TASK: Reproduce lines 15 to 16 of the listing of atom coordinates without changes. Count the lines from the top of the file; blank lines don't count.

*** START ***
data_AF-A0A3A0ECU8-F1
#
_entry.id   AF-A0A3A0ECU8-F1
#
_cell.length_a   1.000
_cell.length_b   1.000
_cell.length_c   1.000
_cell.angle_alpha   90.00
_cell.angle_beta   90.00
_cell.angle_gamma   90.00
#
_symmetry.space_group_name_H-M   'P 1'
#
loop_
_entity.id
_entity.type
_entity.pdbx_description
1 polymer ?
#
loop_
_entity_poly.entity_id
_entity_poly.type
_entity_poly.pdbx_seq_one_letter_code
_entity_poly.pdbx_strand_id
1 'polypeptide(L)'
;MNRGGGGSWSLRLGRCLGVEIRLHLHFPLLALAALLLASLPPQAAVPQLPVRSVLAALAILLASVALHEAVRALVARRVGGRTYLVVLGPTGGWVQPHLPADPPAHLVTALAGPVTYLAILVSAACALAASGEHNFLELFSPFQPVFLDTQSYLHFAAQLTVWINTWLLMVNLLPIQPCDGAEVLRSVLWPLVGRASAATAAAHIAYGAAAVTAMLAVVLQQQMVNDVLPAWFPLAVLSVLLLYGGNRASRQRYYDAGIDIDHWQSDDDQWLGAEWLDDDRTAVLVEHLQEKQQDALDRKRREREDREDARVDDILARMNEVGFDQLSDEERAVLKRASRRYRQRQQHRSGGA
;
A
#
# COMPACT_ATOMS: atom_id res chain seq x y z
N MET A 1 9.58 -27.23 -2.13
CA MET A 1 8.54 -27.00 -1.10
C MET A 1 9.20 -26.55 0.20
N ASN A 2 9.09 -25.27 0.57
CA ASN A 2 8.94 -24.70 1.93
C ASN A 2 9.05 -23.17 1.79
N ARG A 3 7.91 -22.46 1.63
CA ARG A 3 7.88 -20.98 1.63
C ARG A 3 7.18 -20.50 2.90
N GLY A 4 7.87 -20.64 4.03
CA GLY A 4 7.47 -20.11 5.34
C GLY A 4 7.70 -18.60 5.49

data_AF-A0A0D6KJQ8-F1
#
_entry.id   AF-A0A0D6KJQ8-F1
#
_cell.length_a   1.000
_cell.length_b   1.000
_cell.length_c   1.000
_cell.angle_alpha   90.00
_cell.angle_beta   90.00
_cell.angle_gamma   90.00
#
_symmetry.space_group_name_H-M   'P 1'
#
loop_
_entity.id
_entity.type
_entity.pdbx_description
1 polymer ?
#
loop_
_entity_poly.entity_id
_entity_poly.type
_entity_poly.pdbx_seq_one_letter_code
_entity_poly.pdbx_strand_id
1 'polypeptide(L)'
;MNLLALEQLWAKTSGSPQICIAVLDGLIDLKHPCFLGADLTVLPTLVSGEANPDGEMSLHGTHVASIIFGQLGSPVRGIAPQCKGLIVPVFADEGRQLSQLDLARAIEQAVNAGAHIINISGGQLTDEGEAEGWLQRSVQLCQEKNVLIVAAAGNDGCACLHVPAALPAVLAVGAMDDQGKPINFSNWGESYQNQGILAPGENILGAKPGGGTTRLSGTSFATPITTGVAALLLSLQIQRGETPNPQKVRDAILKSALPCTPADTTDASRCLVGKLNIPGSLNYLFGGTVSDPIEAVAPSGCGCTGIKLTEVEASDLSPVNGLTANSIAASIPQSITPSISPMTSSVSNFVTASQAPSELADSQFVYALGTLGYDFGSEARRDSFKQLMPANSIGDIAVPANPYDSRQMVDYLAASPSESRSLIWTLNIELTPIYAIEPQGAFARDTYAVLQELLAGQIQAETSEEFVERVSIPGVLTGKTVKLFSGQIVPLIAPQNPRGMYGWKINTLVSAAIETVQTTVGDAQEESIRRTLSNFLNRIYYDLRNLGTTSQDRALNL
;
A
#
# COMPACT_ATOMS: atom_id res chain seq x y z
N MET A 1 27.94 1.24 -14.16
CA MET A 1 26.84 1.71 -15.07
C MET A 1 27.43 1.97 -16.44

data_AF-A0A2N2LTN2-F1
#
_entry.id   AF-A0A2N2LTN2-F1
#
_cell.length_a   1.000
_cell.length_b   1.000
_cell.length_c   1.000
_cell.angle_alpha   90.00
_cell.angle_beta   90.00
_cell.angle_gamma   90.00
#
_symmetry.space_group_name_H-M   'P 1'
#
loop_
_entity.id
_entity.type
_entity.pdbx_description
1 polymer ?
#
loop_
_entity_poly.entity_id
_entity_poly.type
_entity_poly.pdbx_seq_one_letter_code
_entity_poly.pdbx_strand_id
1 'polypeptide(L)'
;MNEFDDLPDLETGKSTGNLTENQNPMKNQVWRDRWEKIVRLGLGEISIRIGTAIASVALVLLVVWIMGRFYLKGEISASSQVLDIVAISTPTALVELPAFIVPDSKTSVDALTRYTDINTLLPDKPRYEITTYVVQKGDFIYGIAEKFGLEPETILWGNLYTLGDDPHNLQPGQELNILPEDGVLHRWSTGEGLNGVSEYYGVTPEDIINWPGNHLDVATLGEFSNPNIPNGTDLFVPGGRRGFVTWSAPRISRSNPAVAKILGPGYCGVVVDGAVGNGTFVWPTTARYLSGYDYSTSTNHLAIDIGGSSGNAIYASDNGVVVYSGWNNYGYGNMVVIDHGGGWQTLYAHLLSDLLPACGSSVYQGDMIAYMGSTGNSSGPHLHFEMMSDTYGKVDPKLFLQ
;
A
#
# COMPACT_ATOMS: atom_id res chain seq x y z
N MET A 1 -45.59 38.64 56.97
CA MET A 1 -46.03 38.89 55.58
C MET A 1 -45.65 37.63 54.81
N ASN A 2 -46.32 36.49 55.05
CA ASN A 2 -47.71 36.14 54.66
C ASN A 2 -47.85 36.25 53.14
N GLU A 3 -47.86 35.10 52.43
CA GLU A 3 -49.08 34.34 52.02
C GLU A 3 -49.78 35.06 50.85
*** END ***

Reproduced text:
_entity.id
_entity.type